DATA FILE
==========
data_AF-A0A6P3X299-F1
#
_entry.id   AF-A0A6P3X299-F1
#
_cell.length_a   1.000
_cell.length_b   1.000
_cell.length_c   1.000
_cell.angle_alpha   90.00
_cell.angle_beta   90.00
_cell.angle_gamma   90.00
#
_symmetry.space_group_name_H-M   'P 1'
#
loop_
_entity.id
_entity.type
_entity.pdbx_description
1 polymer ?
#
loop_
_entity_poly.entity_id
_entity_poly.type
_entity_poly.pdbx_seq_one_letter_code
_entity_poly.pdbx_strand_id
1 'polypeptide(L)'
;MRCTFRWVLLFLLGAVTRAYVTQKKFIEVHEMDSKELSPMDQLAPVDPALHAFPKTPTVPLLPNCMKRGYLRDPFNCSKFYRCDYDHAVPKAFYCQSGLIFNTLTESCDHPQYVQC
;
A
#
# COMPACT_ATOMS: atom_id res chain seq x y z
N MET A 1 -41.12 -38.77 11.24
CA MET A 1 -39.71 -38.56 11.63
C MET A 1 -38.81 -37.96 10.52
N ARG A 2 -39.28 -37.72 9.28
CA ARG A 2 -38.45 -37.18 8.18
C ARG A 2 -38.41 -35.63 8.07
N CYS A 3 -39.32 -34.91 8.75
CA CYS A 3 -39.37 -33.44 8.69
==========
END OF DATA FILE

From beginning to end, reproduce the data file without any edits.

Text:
data_AF-A0A6P3X299-F1
#
_entry.id   AF-A0A6P3X299-F1
#
_cell.length_a   1.000
_cell.length_b   1.000
_cell.length_c   1.000
_cell.angle_alpha   90.00
_cell.angle_beta   90.00
_cell.angle_gamma   90.00
#
_symmetry.space_group_name_H-M   'P 1'
#
loop_
_entity.id
_entity.type
_entity.pdbx_description
1 polymer ?
#
loop_
_entity_poly.entity_id
_entity_poly.type
_entity_poly.pdbx_seq_one_letter_code
_entity_poly.pdbx_strand_id
1 'polypeptide(L)'
;MRCTFRWVLLFLLGAVTRAYVTQKKFIEVHEMDSKELSPMDQLAPVDPALHAFPKTPTVPLLPNCMKRGYLRDPFNCSKFYRCDYDHAVPKAFYCQSGLIFNTLTESCDHPQYVQC
;
A
#
# COMPACT_ATOMS: atom_id res chain seq x y z
N MET A 1 -41.12 -38.77 11.24
CA MET A 1 -39.71 -38.56 11.63
C MET A 1 -38.81 -37.96 10.52
N ARG A 2 -39.28 -37.72 9.28
CA ARG A 2 -38.45 -37.18 8.18
C ARG A 2 -38.41 -35.63 8.07
N CYS A 3 -39.32 -34.91 8.75
CA CYS A 3 -39.37 -33.44 8.69